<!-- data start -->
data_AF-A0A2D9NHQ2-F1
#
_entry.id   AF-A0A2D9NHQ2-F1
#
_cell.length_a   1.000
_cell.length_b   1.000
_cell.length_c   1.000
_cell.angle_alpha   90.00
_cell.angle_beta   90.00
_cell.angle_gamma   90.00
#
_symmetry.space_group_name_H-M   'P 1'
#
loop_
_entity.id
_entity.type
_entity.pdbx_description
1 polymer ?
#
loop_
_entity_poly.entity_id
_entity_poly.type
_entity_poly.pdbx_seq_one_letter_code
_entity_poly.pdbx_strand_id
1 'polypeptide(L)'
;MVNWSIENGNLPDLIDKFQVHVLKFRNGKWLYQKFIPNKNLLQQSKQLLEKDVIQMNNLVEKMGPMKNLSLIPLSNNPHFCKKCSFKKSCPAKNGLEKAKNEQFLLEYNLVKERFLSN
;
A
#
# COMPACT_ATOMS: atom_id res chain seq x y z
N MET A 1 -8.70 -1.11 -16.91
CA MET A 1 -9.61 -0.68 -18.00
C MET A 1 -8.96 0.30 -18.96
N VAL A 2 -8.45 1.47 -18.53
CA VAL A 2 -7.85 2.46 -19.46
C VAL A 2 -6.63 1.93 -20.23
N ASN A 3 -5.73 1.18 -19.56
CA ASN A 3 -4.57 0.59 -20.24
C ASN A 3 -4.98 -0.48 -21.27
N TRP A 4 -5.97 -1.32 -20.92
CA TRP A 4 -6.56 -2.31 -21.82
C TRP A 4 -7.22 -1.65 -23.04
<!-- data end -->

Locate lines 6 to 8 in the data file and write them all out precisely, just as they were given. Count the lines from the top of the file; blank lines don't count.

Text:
_cell.length_b   1.000
_cell.length_c   1.000
_cell.angle_alpha   90.00